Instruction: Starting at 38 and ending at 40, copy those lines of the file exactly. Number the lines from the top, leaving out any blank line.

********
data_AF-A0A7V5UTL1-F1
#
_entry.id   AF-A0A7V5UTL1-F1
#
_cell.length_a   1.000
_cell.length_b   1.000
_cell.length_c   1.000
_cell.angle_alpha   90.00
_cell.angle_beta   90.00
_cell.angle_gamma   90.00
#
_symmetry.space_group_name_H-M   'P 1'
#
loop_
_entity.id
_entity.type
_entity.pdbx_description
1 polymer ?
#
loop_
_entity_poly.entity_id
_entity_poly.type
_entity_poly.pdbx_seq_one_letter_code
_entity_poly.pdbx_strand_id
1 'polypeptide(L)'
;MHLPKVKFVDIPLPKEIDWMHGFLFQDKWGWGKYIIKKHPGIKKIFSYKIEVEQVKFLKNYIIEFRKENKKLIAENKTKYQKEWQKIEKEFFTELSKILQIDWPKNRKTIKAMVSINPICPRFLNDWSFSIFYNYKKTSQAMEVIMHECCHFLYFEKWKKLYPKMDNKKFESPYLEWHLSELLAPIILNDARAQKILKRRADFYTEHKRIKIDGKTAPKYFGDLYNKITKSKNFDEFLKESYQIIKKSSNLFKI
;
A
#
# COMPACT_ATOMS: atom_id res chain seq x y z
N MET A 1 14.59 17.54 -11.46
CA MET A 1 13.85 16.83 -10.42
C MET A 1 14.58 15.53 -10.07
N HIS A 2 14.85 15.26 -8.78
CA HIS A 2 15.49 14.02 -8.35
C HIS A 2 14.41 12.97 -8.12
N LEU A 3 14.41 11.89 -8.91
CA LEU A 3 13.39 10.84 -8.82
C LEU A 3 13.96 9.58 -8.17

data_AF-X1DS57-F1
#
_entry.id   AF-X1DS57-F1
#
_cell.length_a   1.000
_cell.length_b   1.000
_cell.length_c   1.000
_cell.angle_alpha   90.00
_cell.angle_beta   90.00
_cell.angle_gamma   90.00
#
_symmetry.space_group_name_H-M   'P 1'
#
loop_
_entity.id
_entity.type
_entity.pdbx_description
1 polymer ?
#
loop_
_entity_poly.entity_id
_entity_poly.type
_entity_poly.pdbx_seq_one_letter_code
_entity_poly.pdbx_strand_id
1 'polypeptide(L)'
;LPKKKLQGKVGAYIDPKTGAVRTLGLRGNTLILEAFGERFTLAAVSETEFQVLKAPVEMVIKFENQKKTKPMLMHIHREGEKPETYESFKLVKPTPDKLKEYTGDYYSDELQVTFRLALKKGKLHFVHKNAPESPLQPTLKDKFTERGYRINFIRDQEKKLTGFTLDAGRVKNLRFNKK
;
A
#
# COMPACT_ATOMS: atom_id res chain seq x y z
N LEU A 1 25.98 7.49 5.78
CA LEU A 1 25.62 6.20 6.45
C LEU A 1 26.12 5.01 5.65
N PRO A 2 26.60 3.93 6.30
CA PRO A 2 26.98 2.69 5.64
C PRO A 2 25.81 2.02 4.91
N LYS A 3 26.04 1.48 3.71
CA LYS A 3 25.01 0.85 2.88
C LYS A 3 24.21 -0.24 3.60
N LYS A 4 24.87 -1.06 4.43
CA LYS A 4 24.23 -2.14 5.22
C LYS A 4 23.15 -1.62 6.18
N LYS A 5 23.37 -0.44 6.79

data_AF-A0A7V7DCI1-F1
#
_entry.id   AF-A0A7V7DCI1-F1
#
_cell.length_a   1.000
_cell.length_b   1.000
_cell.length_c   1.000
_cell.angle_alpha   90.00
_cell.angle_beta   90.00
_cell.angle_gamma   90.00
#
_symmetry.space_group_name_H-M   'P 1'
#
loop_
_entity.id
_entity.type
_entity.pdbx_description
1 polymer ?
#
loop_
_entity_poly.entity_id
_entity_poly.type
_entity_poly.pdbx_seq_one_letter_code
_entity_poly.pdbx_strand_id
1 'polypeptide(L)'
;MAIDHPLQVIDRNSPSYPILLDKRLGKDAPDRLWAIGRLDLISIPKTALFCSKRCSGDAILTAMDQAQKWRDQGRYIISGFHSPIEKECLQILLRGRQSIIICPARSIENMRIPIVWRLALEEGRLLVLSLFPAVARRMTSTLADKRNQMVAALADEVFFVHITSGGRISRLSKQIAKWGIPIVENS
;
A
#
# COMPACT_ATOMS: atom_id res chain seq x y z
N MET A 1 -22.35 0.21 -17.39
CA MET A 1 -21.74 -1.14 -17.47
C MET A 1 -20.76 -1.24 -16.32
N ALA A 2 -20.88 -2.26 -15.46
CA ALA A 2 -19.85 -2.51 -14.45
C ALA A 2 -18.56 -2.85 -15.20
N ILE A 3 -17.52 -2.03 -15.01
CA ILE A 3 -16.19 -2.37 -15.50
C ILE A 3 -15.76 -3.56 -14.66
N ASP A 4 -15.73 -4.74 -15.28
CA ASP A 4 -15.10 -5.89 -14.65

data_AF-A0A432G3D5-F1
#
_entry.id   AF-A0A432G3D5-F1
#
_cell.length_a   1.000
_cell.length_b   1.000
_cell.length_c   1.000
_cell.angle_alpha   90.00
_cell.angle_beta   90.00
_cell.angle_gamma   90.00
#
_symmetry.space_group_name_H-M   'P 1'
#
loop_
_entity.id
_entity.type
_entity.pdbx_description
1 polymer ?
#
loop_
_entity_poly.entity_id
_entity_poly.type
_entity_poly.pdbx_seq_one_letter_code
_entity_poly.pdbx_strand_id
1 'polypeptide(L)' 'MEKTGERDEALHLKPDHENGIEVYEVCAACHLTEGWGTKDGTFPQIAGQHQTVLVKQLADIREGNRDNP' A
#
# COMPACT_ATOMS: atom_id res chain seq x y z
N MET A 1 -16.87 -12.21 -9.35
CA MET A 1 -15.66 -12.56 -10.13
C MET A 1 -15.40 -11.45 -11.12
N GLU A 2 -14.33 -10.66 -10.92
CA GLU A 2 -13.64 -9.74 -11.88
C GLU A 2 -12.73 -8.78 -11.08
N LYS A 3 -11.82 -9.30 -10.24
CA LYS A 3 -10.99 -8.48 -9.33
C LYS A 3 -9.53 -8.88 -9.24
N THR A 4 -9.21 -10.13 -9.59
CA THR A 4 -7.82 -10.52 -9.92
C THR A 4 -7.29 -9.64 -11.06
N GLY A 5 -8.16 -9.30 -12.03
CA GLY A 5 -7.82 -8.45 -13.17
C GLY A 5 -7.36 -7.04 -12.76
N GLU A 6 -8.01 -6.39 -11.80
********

CA LEU A 3 13.39 10.84 -8.82
C LEU A 3 13.96 9.58 -8.17

data_AF-X1DS57-F1